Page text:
Eswatini officially the Kingdom of Eswatini and formerly known in English as Swaziland is a landlocked country in Southern Africa. It is bordered by Mozambique to its northeast and South Africa to its north, west, and south. At no more than 200 kilometres (120 mi) north to south and 130 kilometres (81 mi) east to west, Eswatini is one of the smallest countries in Africa despite this, its climate and topography are diverse, ranging from a cool and mountainous highveld to a hot and dry lowveld.
Tsandza Handweaving is a socioeconomic enterprise. Since 1979 the art of handweaving and providing income source to many rural women within Eswatini, and consumers with ethically produced products. Table runners, wall hangings, blankets, cushion covers and throws comprise our luxury home décor collections. Scarves, shawls, ponchos and bags are included in our stylish fashion accessories.
Each one of our vibrant, distinctive pieces have been hand dyed and woven from natural fibres of mohair, merino, cotton and bamboo, created for those who appreciate the uniqueness, love and care of handmade.
With the use of traditional floor looms and spinning wheels, and biodegradable dyes, to minimise environmental impact. Each and every one of our products is a result of commitment, teamwork and passion.
The Lavumisa technique is much more sought after and profitable than weaving styles of other parts of eSwatini – as it is versatile and structurally sound. Women trained in the Lavumisa technique have the opportunity to generate a much higher income to support themselves and their families.
Nellie Sihlongonyane, Community Liaison Officer at Gone Rural, explains the difference weaving in the Lavumisa technique can make: “This extra income means better access to education, being able to build better homes, and maybe get electricity – which mean the women can weave during the night because during the day they are working.”
The project – called the Gone Rural Weaving Academy – has been successful in training 10 master weavers from Lavumisa to be weaving and design teachers. Those teachers have now begun sharing their craft with women from other parts of eSwatini.
Women weavers at Gone Rural.
Drying died grasses for weaving at Gone Rural.
This is the first fruit ceremony Of the Kingdom. It is the most sacred ceremony of all the Emaswati rituals, during which the king plays a dominant role. It is held in a date chosen by royal appointed traditional astrologers in conjunction with the phases of the moon, normally in December or January. This ceremony normally last for days. Young men perform various rites, including traveling in groups to selected parts of the country to collect the sacred branches of Lusekwane, a species of acacia shrub. On the fourth day is the culmination of the Incwala ceremony. The King appears in his full ceremonial gear and eats the first fruit of the season. The nation participates in the dancing all the time. Everyone who is participating dresses in the colourful and distinct national dress known as emahiya.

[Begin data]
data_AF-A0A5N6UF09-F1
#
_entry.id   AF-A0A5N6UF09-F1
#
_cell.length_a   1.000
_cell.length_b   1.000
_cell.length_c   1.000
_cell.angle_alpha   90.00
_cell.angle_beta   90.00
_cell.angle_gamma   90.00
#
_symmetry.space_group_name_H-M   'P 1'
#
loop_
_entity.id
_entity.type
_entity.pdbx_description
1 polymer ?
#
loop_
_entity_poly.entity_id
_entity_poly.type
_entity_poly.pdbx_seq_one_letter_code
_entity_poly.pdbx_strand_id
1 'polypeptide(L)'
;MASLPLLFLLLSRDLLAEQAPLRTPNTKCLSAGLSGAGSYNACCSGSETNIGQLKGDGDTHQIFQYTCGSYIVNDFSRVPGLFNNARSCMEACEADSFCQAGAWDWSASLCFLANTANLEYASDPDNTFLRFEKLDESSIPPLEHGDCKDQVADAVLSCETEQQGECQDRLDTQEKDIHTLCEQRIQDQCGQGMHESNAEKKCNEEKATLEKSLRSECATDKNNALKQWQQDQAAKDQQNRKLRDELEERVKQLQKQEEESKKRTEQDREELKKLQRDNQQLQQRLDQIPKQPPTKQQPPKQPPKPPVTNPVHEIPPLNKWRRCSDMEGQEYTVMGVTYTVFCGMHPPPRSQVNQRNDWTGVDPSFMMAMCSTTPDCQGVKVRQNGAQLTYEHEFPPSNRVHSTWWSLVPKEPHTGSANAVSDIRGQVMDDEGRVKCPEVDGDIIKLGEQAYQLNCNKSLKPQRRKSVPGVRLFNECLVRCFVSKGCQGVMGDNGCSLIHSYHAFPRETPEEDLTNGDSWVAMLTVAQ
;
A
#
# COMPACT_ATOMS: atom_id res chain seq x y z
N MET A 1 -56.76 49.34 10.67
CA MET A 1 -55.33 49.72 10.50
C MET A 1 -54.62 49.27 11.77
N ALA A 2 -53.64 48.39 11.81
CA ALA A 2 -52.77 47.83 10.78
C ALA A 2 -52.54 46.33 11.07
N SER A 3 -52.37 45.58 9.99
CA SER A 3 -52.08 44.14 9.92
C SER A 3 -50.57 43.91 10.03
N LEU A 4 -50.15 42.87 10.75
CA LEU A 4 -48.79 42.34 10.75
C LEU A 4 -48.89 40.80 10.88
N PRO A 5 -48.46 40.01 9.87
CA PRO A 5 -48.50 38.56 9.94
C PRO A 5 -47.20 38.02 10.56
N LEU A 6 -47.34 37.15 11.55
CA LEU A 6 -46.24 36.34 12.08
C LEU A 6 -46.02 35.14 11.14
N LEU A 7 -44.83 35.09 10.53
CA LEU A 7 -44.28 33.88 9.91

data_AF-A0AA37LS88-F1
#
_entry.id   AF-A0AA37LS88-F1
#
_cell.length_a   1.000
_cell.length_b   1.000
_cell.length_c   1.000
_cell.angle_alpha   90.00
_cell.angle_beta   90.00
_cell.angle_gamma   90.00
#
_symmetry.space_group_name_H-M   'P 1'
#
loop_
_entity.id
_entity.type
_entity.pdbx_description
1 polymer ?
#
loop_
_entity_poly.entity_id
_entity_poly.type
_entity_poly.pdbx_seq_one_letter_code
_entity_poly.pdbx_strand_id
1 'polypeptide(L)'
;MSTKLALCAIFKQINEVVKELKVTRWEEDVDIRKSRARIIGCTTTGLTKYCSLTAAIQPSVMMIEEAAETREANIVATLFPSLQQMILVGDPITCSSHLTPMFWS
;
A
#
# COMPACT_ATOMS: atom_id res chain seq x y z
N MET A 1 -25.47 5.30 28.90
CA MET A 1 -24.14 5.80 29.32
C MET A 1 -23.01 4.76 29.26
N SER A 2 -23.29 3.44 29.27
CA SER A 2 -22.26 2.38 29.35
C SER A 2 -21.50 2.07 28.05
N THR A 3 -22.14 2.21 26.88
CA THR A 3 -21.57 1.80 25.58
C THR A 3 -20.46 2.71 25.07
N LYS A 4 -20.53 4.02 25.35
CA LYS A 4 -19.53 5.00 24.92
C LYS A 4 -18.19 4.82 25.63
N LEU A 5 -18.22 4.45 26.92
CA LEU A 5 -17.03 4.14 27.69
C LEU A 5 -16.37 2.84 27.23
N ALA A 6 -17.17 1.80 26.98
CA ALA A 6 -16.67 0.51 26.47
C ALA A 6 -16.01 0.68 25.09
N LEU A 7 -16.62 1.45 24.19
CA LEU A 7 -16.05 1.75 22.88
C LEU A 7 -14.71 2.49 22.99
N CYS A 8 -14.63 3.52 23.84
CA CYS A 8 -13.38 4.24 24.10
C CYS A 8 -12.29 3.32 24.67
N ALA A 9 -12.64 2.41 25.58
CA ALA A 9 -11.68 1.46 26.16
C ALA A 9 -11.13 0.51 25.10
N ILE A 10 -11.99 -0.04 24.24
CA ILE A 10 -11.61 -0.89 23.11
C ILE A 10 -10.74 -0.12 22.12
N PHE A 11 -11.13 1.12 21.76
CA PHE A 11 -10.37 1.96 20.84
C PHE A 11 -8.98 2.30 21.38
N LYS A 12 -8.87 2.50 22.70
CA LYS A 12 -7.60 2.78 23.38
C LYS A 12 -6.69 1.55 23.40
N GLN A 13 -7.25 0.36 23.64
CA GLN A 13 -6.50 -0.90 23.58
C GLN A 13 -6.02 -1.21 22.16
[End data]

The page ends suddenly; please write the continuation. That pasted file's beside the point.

LUTSANGO REED DANCE
The annual event known as the Lutsango Reed Dance is part of the traditional ceremonies in Eswatini. This dance is accompanied by the cutting of reeds by married and unmarried women to perform tribute showing loyalty to the Ngwenyama (The King) and Ndlovukati (The Queen Mother).
The colourful Lutsango reed dance runs for the duration of four days and is led by eMakhosikati.
A “sibhaca” dance group performs to the rhythm of big drums at the showgrounds in Manzini, central Eswatini.
The Sibhaca is a vigorous dance performed by teams of men throughout the Kingdom. It involves the stomping of the feet in unison accompanied by traditional music and rhythmic traditional chants. The men wear colourful quilts and decorate their legs with mohair implements. A typical Sibhaca session can last up to two or three hours, with a variety of difference rotations, songs and styles performed.
The Reed Dance takes place late August or early September. It is one of the most colourful ceremonies in the whole of Africa. It attracts young maidens from all over the Kingdom. The maidens gather reeds from selected areas and travel to the Royal Kraal to honour the Queen Mother. It is from this custom that the ceremony derived its name. The maidens dress in short beaded skirts, colourful sashes, ankles, and bracelets. The royal princesses wear red feathers in their hair and lead the maidens to perform traditional dances before their Majesties, i.e. the climax of the event.
Article by Harshika sapra